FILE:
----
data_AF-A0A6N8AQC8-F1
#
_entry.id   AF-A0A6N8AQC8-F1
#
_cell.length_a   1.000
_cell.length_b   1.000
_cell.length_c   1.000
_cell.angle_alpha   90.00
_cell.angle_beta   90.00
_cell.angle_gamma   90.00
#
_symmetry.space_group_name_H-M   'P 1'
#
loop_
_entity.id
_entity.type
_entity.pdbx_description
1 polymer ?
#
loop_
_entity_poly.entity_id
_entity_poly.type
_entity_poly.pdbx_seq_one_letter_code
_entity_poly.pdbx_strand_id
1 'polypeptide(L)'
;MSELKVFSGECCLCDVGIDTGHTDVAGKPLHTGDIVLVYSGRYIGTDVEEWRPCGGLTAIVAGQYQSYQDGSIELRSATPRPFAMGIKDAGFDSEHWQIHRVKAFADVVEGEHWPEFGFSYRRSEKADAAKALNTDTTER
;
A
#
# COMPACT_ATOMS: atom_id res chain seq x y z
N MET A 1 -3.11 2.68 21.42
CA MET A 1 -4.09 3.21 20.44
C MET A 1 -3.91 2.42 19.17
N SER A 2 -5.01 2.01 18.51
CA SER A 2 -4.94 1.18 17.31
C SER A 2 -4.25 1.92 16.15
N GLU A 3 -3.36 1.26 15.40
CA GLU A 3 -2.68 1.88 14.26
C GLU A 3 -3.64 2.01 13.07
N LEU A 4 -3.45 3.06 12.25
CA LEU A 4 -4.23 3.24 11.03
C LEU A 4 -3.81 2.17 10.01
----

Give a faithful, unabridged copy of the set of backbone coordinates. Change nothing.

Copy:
data_AF-A0A6N8AQC8-F1
#
_entry.id   AF-A0A6N8AQC8-F1
#
_cell.length_a   1.000
_cell.length_b   1.000
_cell.length_c   1.000
_cell.angle_alpha   90.00
_cell.angle_beta   90.00
_cell.angle_gamma   90.00
#
_symmetry.space_group_name_H-M   'P 1'
#
loop_
_entity.id
_entity.type
_entity.pdbx_description
1 polymer ?
#
loop_
_entity_poly.entity_id
_entity_poly.type
_entity_poly.pdbx_seq_one_letter_code
_entity_poly.pdbx_strand_id
1 'polypeptide(L)'
;MSELKVFSGECCLCDVGIDTGHTDVAGKPLHTGDIVLVYSGRYIGTDVEEWRPCGGLTAIVAGQYQSYQDGSIELRSATPRPFAMGIKDAGFDSEHWQIHRVKAFADVVEGEHWPEFGFSYRRSEKADAAKALNTDTTER
;
A
#
# COMPACT_ATOMS: atom_id res chain seq x y z
N MET A 1 -3.11 2.68 21.42
CA MET A 1 -4.09 3.21 20.44
C MET A 1 -3.91 2.42 19.17
N SER A 2 -5.01 2.01 18.51
CA SER A 2 -4.94 1.18 17.31
C SER A 2 -4.25 1.92 16.15
N GLU A 3 -3.36 1.26 15.40
CA GLU A 3 -2.68 1.88 14.26
C GLU A 3 -3.64 2.01 13.07
N LEU A 4 -3.45 3.06 12.25
CA LEU A 4 -4.23 3.24 11.03
C LEU A 4 -3.81 2.17 10.01